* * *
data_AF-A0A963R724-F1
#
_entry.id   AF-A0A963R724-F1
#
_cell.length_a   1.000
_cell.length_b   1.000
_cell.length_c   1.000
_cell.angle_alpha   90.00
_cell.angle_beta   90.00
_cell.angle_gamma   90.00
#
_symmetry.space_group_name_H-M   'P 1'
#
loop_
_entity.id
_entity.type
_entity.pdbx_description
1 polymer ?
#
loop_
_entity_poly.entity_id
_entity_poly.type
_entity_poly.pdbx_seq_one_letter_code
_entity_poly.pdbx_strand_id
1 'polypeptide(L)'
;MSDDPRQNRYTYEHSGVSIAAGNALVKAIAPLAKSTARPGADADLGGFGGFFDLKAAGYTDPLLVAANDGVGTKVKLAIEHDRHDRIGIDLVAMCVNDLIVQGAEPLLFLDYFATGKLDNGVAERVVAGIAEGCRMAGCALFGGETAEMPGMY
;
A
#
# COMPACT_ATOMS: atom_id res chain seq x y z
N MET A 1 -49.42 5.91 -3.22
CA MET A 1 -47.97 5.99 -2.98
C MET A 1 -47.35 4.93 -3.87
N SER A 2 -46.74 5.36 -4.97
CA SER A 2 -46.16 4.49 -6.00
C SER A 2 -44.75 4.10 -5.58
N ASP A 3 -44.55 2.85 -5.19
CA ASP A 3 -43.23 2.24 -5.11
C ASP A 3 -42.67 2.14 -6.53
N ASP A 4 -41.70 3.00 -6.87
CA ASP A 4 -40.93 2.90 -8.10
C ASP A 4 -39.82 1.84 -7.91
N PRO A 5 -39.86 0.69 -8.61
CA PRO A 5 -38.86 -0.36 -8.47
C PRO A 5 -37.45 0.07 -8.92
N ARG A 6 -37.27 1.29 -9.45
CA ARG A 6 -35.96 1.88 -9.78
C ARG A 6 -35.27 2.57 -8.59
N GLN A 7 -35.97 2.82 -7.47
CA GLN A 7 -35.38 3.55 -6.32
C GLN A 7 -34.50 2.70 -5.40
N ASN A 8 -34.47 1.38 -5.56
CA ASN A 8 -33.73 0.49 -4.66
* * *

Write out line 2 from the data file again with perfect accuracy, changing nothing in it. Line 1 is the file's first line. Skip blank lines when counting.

#